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How Basketball Brings Me Joy as a Person With a Disability

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When I was a child I fell in love with basketball. It wasn’t to the extent of my admiration for pro wrestling, but it was close. One of my childhood dreams was to be a professional basketball player. I would always mimic the perfect jump shot and envision myself doing slam dunks on a fast break. Now that I have to come to the realization that this isn’t possible I live my dreams vicariously through my brother Clay who plays outside and in rec centers, and NBA2K where I can dominate through virtual reality. The game has yet to touch me as deeply as it once did, probably because my favorite player Shaquille O’Neal has retired, but I still keep up with it albeit during the playoffs. Here is my story of a boy and basketball.

I started watching basketball in 1992, the same year I started watching wrestling and my sister was born. As with many Millennials, I fell in love with the grace and ability of Michael Jordan. However, Jordan retired (the first time) at the end of the 1992-1993 season and I had to find a new love. Enter Shaquille O’Neal. Shaq is the only man I’ve ever professed my love for in a non-platonic way. He was big and beautiful, funny yet dominant, silly yet serious. It was easy to love him. He was so energetic and enchanting and I loved the way he bulldozed past anyone in front of him. I thought for sure he was going to win the NBA Championship in 1994-1995, but the Orlando Magic lost to the Houston Rockets, which I consider my first traumatic experience as a child.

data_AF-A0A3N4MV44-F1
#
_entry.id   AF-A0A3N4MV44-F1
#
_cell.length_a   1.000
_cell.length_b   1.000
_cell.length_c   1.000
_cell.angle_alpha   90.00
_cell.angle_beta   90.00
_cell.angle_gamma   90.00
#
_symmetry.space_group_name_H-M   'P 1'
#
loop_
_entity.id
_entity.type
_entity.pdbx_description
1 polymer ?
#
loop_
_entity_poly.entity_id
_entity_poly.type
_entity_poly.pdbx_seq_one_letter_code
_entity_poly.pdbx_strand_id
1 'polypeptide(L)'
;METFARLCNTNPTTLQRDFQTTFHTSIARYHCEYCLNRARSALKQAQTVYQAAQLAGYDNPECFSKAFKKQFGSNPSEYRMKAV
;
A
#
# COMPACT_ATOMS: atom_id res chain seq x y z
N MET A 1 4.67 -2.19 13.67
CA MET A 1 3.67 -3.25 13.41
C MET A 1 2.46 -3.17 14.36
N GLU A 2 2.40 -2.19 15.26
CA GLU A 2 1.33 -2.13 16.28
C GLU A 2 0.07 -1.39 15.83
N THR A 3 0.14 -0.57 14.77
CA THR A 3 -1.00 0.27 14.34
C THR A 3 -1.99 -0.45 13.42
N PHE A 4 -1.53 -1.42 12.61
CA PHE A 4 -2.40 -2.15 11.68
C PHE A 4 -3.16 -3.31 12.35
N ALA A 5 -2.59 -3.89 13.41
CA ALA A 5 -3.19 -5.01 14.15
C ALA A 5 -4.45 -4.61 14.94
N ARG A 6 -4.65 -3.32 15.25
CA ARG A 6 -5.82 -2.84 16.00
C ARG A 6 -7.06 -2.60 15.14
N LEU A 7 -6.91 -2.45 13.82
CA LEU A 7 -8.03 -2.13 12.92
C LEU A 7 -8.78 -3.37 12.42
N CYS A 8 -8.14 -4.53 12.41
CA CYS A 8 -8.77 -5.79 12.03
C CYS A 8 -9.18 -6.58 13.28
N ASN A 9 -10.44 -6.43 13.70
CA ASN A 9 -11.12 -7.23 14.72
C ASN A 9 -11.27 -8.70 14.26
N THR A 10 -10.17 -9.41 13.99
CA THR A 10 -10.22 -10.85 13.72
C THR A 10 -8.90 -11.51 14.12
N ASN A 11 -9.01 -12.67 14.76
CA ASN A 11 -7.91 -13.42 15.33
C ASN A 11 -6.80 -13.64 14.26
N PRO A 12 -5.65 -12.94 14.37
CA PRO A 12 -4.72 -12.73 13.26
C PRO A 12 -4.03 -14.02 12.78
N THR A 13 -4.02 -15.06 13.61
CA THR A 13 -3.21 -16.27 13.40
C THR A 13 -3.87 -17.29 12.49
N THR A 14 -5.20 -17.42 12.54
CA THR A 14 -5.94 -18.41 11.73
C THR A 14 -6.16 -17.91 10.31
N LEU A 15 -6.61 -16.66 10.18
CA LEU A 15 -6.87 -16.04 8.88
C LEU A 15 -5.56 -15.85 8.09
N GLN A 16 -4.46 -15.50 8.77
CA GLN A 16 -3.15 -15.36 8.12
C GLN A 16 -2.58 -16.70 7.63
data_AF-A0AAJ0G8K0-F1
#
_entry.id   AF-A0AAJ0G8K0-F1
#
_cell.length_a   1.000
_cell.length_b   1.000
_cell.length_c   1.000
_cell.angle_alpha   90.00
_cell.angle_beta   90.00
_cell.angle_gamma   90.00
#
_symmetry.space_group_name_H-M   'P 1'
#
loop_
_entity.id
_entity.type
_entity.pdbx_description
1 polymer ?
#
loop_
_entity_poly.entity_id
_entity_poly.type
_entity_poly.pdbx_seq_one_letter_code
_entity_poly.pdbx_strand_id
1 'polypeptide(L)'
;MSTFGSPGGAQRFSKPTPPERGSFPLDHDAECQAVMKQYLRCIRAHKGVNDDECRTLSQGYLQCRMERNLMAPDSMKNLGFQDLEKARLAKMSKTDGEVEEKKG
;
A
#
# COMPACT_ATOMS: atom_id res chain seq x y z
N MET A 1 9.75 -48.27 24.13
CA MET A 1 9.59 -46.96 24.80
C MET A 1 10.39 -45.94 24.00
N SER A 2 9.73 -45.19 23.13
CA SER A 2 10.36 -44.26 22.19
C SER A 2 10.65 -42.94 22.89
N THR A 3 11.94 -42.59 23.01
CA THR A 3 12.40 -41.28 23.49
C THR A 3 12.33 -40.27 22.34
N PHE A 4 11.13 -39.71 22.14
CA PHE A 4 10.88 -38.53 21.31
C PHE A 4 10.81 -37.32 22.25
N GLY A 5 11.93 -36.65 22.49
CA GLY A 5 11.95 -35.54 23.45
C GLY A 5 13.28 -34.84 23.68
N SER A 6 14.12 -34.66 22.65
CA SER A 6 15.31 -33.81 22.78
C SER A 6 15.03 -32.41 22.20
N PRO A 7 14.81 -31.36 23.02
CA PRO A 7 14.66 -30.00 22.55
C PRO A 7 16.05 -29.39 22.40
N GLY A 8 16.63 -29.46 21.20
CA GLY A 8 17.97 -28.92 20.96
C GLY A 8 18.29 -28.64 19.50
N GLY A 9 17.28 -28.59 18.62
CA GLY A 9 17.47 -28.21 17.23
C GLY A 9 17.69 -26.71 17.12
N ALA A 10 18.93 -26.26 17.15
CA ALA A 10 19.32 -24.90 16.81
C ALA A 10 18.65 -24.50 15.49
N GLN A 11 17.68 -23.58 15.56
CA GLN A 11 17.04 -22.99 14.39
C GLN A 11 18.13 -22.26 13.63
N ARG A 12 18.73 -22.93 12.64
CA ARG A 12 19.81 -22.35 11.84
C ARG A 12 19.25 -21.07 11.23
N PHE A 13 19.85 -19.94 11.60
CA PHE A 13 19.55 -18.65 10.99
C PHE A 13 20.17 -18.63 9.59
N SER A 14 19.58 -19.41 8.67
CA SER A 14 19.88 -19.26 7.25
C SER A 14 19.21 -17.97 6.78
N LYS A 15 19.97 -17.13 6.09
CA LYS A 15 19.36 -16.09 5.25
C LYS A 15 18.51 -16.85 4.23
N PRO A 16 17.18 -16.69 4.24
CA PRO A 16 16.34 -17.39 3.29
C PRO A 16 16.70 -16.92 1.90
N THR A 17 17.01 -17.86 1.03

If you’re wondering what all of this has to do with my disability, it’s simple: I watched every game. I talked about Shaq every moment I was in therapy. Shaq Shaq Shaq! So when I began to feel self-conscious about my disability in junior high the fact that he won a championship that year (his first one) eased that burden. You could say my years as a teenager with a disability were intertwined with him. When he retired it felt like the end of an era and my march toward adulthood with a disability. I love you, Shaq!

When I was younger, around the same time I was obsessed with Shaq, I used to go to all the junior high basketball games and report the results. That gave me a sense of excitement and allowed me to interact with my peers so there was no intense stereotyping going on. The eighth grade team was really good — they ended up winning the junior high championship and it was a happy time. I announced all the basketball games, which allowed me a chance to interact with the girl ballplayers, encourage them and maybe boost my confidence a little bit in the romance department. I was not a pimply teenager by any means, but I was shy. I’m grateful for those years.

I’m not athletic; I even suck at wheelchair basketball. So my best option is to pretend I’m Russell Westbrook or Lebron James slashing through the lane by playing NBA2K. It’s also a good bonding experience for me and my brother Clay and my friends and my assistants who all want to play against me. Sometimes I win sometimes I lose, but I always compete!

My love for basketball has faded a little bit, but I still love the dunking of Lebron, the three point shooting of Steph Curry or just watching my brother play in the park. Whether I was dreaming of being a coach, playing on the court or just playing a basketball video game, basketball has always helped me roll through life’s hardest obstacles.

Getty image by Tuelik Za.

Originally published: October 28, 2018
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